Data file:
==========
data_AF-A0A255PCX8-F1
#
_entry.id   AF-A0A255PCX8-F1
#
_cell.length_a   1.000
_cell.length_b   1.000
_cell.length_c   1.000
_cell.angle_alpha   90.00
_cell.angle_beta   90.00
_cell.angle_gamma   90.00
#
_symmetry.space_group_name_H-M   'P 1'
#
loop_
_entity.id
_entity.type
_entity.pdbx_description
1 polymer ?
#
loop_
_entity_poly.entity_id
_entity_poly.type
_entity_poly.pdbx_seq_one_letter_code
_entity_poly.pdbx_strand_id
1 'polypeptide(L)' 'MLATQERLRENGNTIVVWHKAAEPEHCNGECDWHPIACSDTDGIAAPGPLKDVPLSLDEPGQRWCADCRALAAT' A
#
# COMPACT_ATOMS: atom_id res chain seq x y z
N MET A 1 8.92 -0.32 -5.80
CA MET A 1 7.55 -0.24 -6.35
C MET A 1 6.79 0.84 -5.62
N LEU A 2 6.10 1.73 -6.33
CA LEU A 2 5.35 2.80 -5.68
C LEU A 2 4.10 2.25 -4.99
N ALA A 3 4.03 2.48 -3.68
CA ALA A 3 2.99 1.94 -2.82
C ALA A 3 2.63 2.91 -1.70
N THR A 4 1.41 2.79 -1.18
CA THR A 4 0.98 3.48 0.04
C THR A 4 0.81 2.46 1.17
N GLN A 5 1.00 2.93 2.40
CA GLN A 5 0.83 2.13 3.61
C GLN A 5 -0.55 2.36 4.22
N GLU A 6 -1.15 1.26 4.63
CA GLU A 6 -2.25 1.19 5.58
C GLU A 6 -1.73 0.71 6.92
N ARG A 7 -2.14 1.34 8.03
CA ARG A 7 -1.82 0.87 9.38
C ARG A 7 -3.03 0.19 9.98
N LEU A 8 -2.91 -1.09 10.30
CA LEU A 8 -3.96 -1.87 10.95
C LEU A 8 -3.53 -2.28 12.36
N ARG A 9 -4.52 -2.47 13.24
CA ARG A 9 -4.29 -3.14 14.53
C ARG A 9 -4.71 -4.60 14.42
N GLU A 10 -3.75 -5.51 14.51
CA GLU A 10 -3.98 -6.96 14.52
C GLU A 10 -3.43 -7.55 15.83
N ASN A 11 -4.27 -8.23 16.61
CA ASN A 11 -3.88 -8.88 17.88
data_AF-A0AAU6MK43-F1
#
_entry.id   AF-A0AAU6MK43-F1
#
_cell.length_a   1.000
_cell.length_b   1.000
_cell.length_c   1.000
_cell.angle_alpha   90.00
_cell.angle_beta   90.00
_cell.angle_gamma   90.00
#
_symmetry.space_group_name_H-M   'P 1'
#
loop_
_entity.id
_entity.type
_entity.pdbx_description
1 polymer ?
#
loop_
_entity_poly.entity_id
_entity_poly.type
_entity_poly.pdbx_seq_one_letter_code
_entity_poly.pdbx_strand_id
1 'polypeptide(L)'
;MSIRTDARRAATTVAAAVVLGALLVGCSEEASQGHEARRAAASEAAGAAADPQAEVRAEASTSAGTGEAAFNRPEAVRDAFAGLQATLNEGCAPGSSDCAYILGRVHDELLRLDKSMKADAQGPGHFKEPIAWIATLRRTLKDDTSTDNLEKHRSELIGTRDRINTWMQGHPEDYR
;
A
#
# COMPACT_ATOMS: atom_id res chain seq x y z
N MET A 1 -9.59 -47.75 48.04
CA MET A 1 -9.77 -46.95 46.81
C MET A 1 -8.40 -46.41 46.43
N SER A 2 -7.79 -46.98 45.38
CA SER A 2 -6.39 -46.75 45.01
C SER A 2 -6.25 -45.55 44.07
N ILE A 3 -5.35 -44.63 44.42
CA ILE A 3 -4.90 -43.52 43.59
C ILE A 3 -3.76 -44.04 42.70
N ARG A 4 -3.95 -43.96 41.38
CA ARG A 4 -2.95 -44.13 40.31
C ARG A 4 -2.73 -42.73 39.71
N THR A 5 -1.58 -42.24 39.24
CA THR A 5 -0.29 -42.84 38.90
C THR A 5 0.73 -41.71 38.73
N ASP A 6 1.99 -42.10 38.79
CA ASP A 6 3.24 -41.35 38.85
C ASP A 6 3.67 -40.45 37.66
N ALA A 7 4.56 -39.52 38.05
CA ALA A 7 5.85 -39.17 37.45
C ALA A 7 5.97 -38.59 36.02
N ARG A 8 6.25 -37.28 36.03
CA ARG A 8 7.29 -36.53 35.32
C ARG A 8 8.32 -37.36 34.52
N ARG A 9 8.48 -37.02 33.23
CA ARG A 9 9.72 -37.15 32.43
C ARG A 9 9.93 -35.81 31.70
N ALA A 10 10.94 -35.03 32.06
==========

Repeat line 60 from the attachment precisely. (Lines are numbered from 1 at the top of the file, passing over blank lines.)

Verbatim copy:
data_AF-A0AAU6MK43-F1